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Green tea extracts show promise for sleep-disordered breathing
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  • Date:2011/6/7

Antioxidant-rich extracts from green tea may reduce the effects of oxidative stress caused by breathing problems while people are sleeping, according to US researchers.
Obstructive sleep apnea (OSA) occurs when people stop breathing while they are sleeping, often for a minute or more, and this may many hundreds of times during a single night's sleep. It is usually caused when the soft tissue in the rear of the throat collapses and closes during sleep, according to the American Sleep Apnea Association.

As such, people with this disorder are said to be at risk of oxidative stress and exhibit changes in their brain tissue in areas involved in learning and memory.

Supplements of green tea extracts may counter the cognitive deficits that may occur, suggests a new study with rats, published in American Journal of Respiratory and Critical Care Medicine.

If the results of the study can be repeated in humans, green tea and its extracts may offer a potential interventional strategy for people with the disorder, reported to be in the region of 12 million or so people in the US, according to the National Institutes of Health.

"OSA has been increasingly recognized as a serious and frequent health condition with potential long-term morbidities that include learning and psychological disabilities," wrote lead researcher David Gozal from the University of Louisville.

Study details

Human OSA was modelled in rats by intermittently depriving the animals of oxygen during 12-hour "night" cycles for 14 days - intermittent hypoxia (IH). The researchers divided the 106 male rats into two groups, with one group assigned to receive drinking water containing green tea polyphenols.

The University of Louisville researchers, in collaboration with scientists from Soroka University Medical Center, then tested the animals for markers of inflammation and oxidative stress, in addition to using a water maze to test their performance in spatial learning and memory tasks.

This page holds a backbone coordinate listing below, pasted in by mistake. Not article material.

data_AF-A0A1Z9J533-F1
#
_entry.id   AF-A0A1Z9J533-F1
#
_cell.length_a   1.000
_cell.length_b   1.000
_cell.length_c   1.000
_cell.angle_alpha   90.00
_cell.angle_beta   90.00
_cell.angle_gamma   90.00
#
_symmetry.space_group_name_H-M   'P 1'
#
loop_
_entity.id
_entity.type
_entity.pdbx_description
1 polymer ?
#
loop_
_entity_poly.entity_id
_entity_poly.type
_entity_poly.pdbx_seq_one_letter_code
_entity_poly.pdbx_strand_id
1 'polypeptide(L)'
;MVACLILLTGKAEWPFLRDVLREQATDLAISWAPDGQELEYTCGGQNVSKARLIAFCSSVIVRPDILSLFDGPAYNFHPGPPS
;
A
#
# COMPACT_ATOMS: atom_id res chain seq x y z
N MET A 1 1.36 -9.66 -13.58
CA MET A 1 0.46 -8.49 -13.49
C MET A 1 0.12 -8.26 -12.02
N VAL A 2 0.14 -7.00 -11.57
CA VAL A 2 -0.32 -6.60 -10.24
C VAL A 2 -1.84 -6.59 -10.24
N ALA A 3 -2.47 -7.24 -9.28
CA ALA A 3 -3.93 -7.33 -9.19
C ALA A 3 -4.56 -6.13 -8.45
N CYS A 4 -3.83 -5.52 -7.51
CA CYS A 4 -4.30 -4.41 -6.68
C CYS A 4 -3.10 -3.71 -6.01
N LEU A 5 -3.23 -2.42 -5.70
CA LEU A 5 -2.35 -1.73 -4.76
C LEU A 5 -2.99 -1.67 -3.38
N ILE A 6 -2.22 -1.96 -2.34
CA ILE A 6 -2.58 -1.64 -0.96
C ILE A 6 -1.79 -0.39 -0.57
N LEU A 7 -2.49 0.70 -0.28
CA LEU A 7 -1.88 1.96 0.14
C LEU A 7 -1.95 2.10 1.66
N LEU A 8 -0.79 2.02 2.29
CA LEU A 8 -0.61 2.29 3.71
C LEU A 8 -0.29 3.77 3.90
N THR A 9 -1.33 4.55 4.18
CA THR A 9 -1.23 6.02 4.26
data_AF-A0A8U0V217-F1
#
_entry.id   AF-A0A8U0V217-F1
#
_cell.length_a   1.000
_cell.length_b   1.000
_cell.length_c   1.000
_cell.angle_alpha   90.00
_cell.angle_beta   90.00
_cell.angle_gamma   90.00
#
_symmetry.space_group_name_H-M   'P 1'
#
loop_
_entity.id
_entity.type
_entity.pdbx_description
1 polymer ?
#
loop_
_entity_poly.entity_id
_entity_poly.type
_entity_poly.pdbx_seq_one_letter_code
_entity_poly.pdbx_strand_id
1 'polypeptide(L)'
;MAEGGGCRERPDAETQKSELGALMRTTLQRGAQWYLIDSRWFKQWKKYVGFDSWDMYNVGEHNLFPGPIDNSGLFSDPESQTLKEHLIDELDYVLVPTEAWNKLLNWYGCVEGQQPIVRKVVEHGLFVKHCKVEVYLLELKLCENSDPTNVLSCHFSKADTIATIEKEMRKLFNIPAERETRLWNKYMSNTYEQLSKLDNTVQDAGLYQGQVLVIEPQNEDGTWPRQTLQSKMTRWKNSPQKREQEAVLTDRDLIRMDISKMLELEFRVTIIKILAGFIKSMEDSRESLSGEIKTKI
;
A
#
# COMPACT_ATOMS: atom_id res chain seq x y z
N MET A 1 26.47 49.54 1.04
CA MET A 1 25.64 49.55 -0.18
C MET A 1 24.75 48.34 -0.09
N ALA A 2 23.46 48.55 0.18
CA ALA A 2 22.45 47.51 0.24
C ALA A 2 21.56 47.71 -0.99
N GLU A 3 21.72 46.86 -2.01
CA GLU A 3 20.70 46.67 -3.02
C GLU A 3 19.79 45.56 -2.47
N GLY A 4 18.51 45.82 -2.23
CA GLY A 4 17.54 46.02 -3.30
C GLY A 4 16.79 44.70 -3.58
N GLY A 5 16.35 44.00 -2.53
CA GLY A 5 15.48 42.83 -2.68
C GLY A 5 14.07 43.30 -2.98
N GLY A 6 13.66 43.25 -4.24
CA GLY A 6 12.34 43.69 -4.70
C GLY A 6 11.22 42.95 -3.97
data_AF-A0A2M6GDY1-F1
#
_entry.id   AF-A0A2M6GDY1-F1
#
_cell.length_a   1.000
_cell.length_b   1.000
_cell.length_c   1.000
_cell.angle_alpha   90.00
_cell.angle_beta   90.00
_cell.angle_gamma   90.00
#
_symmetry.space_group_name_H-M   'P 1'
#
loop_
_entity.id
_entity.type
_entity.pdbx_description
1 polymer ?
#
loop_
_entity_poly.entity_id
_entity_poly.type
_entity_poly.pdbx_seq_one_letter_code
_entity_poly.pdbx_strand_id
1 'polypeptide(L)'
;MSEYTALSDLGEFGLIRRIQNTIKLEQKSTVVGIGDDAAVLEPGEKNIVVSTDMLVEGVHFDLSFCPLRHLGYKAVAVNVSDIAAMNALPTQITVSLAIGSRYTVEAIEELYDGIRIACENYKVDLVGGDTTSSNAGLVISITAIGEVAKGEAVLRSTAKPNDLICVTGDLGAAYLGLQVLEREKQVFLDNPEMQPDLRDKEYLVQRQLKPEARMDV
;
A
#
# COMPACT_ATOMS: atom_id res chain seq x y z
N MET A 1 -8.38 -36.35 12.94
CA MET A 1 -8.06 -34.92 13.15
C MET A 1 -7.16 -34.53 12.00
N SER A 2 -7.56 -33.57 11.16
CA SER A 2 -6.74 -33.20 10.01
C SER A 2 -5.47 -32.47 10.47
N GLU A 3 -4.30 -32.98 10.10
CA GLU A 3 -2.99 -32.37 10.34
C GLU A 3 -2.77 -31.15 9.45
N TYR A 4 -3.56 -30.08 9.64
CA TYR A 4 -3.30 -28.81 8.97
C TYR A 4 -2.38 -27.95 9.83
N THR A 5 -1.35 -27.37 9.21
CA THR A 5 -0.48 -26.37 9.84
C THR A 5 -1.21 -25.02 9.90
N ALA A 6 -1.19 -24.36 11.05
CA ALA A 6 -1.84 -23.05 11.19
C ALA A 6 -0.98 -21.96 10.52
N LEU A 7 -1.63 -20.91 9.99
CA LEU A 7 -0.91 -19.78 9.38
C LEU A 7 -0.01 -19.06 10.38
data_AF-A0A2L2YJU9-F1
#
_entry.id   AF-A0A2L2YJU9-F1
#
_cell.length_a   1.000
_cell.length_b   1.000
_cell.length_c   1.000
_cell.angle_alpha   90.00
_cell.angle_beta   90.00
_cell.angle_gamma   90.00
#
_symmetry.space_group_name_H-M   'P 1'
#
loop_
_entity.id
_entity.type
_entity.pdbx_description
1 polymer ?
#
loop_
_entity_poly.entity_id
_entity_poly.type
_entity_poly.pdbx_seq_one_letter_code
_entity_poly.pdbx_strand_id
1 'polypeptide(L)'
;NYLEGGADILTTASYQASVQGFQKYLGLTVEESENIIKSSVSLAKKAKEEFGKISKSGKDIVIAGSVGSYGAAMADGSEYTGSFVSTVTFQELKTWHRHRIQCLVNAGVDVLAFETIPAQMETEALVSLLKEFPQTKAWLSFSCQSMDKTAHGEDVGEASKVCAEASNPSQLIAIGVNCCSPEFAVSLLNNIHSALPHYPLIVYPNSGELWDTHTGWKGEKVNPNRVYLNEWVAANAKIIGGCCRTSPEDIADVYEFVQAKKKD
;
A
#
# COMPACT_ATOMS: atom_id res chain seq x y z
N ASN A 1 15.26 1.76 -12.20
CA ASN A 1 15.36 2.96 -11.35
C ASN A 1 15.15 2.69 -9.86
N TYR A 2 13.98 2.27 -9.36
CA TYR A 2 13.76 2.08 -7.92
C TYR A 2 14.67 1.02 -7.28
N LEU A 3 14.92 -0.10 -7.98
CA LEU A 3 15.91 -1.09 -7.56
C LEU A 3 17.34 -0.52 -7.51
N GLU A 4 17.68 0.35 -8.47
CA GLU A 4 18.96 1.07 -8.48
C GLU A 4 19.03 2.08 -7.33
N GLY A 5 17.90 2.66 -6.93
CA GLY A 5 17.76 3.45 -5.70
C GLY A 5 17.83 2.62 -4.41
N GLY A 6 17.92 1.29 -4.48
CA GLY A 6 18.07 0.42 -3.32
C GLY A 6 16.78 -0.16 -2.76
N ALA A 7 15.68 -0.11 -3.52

They report that rats that received the green tea polyphenol (GTP)-supplemented water performed significantly better in a water maze than the rats that drank plain water.

Moreover, levels of malondialdehyde (MDA), a reactive carbonyl compound and a well-established marker of oxidative stress, were 40 per cent lower in the GTP-supplemented animals, added the researchers.

"GTP-[supplemented] rats exposed to IH displayed significantly greater spatial bias for the previous hidden platform position, indicating that GTPs are capable of attenuating IH-induced spatial learning deficits," wrote Gozal.

"Because oxidative processes underlie neurocognitive deficits associated with IH, the potential therapeutic role of GTP in sleep-disordered breathing deserves further exploration," he added.

Antioxidant activity

The benefits of the green tea extracts were attributed to the antioxidant properties of green tea polyphenols. "Recent studies have demonstrated the neuroprotective activity of GTP in animal models of neurodegenerative conditions such as Parkinson's and Alzheimer's disease," wrote Gozal.

Green tea is said to contain over four times the concentration of antioxidant catechins than black tea (green tea leaves that have been oxidized by fermentation), about 70 mg catechins per 100 mL compared to 15 mg per 100 mL for black tea.

The four primary polyphenols found in fresh tealeaves are epigallocatechin gallate (EGCG), epigallocatechin, epicatechin gallate, and epicatechin.

Source: American Journal of Respiratory and Critical Care Medicine
Volume 177, Pages 1135-1141, doi:10.1164/rccm.200701-110OC
"Green Tea Catechin Polyphenols Attenuate Behavioral and Oxidative Responses to Intermittent Hypoxia"
Authors: I.C. Burckhardt, D. Gozal, E. Dayyat, Y. Cheng, R.C. Li, A.D. Goldbart, B.W. Row


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